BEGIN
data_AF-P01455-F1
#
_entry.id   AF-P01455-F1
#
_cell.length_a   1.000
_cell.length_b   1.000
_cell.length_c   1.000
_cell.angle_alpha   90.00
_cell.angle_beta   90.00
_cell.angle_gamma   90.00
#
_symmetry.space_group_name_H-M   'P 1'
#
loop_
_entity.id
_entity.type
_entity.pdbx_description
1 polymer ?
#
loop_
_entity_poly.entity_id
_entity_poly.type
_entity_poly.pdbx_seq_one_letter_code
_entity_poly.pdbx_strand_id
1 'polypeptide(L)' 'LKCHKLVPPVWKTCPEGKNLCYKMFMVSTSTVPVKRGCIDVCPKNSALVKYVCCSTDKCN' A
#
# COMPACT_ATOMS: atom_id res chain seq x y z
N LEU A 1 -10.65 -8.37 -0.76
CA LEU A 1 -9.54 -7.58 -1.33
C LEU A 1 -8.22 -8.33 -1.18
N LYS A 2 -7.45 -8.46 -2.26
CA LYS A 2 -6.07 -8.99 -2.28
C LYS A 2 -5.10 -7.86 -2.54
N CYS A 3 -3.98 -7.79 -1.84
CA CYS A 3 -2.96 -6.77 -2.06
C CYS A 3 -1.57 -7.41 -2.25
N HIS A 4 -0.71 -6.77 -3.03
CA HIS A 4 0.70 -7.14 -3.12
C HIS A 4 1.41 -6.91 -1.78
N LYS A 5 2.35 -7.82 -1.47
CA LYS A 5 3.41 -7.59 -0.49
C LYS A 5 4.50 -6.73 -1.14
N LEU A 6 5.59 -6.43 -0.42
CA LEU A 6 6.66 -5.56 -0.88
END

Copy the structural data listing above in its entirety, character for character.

data_AF-P01455-F1
#
_entry.id   AF-P01455-F1
#
_cell.length_a   1.000
_cell.length_b   1.000
_cell.length_c   1.000
_cell.angle_alpha   90.00
_cell.angle_beta   90.00
_cell.angle_gamma   90.00
#
_symmetry.space_group_name_H-M   'P 1'
#
loop_
_entity.id
_entity.type
_entity.pdbx_description
1 polymer ?
#
loop_
_entity_poly.entity_id
_entity_poly.type
_entity_poly.pdbx_seq_one_letter_code
_entity_poly.pdbx_strand_id
1 'polypeptide(L)' 'LKCHKLVPPVWKTCPEGKNLCYKMFMVSTSTVPVKRGCIDVCPKNSALVKYVCCSTDKCN' A
#
# COMPACT_ATOMS: atom_id res chain seq x y z
N LEU A 1 -10.65 -8.37 -0.76
CA LEU A 1 -9.54 -7.58 -1.33
C LEU A 1 -8.22 -8.33 -1.18
N LYS A 2 -7.45 -8.46 -2.26
CA LYS A 2 -6.07 -8.99 -2.28
C LYS A 2 -5.10 -7.86 -2.54
N CYS A 3 -3.98 -7.79 -1.84
CA CYS A 3 -2.96 -6.77 -2.06
C CYS A 3 -1.57 -7.41 -2.25
N HIS A 4 -0.71 -6.77 -3.03
CA HIS A 4 0.70 -7.14 -3.12
C HIS A 4 1.41 -6.91 -1.78
N LYS A 5 2.35 -7.82 -1.47
CA LYS A 5 3.41 -7.59 -0.49
C LYS A 5 4.50 -6.73 -1.14
N LEU A 6 5.59 -6.43 -0.42
CA LEU A 6 6.66 -5.56 -0.88